CHAIRMAN: Prof. Isaac Nguema VICE
CHAIRMAN: Prof. Emmanuel V.O. Dankwa COMMISSIONERS: Mrs. Julienne
Ondziel-Gnelenga, Mr. Youssoupha Ndiaye, Mr. Kamel Rezzag-Bara, Mr.
Prof. U. Oji Umozurike, Dr. Hatem Ben Salem.
||Ligue Camerounaise Des Droits De
l'Homme v. Cameroon, Comm. 65/92, 10th ACHPR AAR Annex X (1996-1997)
||IHRDA, Compilation of Decisions on
Communications of the African Commission On Human and Peoplesí
Rights Extracted from the Commissionís Activity Reports 1994-2001,
at 67 (2002); Documents of the African Commission on Human and
Peoplesí Rights, at 562 (Malcolm D. Evans & Rachel Murray eds.,
2001; (2000) AHRLR 61 (ACHPR 1997)
 The complaint is in two parts. The first, submitted by the Ligue
Camerounaise des Droits de líHomme, alleges a number of serious and massive
violations in Cameroon committed by the present government. The Ligue
alleges that the prison conditions in Cameroon constitute cruel, inhuman and
degrading treatment and that many people have been arbitrarily arrested and
detained in these conditions. Between 1984 and 1989 at least 46 persons were
tortured and deprived of food in the Central Prison of YaoundTheta. Further
violations consist in the repression of freedom of expression, creation of
special tribunals, denial of fair hearing, ethnic discrimination, and
massacres of the civil population.
 The second part relates to the situation of Mr Joseph Vitine, an ex-
police officer. He stated that he has been persecuted by his former
colleagues since March 1990. Subsequent to this submission Mr. Vitine
re-submitted his case as a separate communication, no. 106/93 [Vitine v
Cameroon (2000) AHRLR 55 (ACHPR 1994)].
 The government responded orally that the allegations of the Ligue
Camerounaise should be declared The government of Cameroon responded in
writing that the case of Mr. Vitine should be declared inadmissible because
the author did not appear to be in possession of his full mental faculties.
The government responded orally that the allegations of the Ligue
Camerounaise should be declared inadmissible because they are posed in
disparaging and insulting language
 The communication is not dated but was received from the Ligue
Camerounaise just before March 1992. The Commission was seized of the
communication at the 11th Session.
 The government of Cameroon was notified of the communication on 8 April
1992. No response was forthcoming. On 13 November 1992 another notification
 As of the 19th session, no information had been received from the
government. The Commission declared the communication as regards Mr. Vitine
 On 17 May 1996 the Commission sent a letter to Mr. Vitine informing him
that his communication had been declared inadmissible at the 19th session.
 At the 20th session, a delegation of the government of Cameroon was
present and submitted a written response to the communication, dealing with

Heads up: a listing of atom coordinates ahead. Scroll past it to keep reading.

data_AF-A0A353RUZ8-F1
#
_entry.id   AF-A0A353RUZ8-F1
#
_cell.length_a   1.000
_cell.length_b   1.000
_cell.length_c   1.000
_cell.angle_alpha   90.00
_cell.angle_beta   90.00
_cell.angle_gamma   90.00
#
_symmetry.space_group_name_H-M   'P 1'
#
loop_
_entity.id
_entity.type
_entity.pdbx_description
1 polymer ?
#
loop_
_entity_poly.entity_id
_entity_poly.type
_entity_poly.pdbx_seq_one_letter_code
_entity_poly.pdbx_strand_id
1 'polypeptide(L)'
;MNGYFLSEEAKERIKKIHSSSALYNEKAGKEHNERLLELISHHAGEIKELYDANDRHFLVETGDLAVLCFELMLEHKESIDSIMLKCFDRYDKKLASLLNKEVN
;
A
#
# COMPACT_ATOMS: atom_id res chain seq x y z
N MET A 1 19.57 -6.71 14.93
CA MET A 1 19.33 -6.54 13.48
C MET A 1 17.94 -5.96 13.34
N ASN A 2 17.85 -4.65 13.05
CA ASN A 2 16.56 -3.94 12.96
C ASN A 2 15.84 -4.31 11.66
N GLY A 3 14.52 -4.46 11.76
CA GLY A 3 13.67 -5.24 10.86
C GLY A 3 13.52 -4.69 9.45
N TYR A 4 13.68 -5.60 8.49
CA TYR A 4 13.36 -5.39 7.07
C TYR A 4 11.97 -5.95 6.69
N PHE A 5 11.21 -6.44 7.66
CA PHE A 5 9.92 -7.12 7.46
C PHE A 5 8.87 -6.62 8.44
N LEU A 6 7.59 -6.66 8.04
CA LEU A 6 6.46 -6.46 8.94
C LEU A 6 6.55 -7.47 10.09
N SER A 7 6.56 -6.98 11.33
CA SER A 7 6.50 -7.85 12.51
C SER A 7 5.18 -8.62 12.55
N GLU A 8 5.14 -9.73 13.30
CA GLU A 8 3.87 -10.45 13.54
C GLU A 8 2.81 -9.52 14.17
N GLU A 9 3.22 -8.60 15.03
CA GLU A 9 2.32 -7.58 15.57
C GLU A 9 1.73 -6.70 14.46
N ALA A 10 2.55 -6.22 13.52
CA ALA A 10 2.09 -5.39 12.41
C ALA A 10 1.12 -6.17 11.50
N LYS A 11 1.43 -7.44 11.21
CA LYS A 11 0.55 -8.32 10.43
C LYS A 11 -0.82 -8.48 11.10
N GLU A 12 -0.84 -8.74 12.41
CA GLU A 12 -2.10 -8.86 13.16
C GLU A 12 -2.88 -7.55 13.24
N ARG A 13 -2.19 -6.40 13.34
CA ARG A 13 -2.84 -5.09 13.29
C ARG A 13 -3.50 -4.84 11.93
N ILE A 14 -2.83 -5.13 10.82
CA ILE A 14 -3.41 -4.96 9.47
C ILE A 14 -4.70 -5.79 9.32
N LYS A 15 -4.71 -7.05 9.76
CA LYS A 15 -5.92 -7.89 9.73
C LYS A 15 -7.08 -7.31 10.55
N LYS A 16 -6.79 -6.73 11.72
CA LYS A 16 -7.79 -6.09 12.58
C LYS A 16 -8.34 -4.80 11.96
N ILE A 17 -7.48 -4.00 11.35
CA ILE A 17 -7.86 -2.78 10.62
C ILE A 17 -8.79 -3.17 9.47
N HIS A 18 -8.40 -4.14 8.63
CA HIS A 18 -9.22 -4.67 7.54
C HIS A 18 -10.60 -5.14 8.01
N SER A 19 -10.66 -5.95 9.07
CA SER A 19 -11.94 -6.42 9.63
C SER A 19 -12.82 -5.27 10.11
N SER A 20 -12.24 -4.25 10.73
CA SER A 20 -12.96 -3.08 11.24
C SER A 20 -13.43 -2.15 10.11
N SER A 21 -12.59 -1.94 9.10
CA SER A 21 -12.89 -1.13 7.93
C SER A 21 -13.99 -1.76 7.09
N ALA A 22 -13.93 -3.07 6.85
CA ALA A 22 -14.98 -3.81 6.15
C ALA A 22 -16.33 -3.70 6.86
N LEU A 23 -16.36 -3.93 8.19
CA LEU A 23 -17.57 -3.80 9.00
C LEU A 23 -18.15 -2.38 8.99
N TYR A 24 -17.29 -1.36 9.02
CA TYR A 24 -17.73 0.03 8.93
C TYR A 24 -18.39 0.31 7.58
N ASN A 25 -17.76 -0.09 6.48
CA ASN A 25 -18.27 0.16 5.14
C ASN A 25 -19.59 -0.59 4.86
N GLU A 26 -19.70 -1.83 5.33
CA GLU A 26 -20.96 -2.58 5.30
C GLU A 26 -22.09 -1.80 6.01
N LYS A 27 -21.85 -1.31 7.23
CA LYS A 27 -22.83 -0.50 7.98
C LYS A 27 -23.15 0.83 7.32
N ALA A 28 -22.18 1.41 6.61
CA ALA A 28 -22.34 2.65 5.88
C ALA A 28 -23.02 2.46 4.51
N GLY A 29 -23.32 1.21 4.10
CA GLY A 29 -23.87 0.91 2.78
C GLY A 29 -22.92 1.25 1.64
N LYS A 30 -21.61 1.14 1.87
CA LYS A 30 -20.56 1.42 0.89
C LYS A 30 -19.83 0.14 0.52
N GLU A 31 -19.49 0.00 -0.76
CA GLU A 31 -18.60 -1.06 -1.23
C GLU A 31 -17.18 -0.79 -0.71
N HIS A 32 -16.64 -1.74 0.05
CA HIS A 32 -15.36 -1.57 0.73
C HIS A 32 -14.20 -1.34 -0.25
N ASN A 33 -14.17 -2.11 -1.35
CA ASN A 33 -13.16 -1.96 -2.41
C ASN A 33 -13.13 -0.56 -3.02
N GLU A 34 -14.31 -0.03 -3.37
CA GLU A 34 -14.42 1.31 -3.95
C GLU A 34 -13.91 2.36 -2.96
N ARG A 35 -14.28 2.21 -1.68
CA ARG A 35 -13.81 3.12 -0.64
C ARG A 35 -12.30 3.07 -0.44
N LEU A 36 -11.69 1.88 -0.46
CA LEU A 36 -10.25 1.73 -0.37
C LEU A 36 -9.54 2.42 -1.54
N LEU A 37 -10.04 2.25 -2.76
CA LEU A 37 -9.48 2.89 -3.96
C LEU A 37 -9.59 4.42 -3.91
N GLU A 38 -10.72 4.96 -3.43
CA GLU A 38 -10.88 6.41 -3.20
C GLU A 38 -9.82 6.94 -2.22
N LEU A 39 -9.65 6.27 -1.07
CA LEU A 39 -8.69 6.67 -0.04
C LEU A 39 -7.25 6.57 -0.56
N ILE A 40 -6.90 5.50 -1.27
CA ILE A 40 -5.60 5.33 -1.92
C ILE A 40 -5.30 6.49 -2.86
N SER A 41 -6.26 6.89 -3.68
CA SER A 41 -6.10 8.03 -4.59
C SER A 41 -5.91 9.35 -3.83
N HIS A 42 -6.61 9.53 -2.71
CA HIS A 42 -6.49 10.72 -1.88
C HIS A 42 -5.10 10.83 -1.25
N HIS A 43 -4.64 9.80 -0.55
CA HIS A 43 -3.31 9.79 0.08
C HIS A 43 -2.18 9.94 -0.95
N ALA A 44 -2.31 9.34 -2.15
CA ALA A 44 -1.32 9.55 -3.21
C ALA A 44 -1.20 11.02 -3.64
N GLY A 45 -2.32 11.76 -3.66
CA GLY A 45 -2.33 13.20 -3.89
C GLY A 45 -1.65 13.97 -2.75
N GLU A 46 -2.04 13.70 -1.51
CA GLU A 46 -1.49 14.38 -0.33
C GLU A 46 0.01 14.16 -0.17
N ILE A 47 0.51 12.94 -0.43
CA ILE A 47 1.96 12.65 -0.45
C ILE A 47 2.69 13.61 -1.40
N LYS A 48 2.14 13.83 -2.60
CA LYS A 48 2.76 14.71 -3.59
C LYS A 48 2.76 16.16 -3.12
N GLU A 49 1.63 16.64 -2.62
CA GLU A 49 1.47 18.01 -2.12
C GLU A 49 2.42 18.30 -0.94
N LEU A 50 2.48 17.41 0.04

the portion of the communication submitted by Mr. Vitine, which had already
been declared inadmissible. The government delegation made an oral
presentation concerning the allegations of the Ligue Camerounaise. The
Commission decided to request more information from both the government and
the complainant, and to postpone a decision on the merits of the case. On 10
December 1996 the parties were informed of this decision.
 Article 55.2 of the Charter reads: "A communication shall be considered
by the Commission if a majority of its members so decide."
 This power of the Commission to consider communications naturally
includes the lesser power to decline to hear them.
 The allegations submitted by Mr. Vitine were in 1993 submitted
separately to the Commission and registered as communication 106/93. The
information in this communication did not give evidence of prima facie
violations of the African Charter. For this reason the Commission declared
the communication inadmissible.
 Article 56.3 of the Charter reads:
"Communication relating to Human and Peoples' Rights referred to in Article
55 received by the Commission, shall be considered if they are not written
in disparaging or insulting language directed against the State concerned
and its institutions or to the Organisation of African Unity."
 The allegations submitted by the Ligue Camerounaise are of a series of
serious and massive violations of the Charter. The communication contains
statements such as: "Paul Biya must respond to crimes against humanity", "30
years of the criminal neo-colonial regime incarnated by the duo
Ahidjo/Biya", "regime of torturers", and "government barbarisms". This is
 In addition to the requirements of form, the Commission has a clear
precedent that communications must contain a certain degree of specificity,
such as will permit the Commission to take meaningful action. (See the
Commission's decision on communication 104/94, 109 - 126/94 Center for the
Independence of Judges and Lawyers/Algeria et al.)
 FOR THESE REASONS THE COMMISSION declares the communication
 Taken at the 21st Ordinary Session, Nouakchott, Mauritania, April.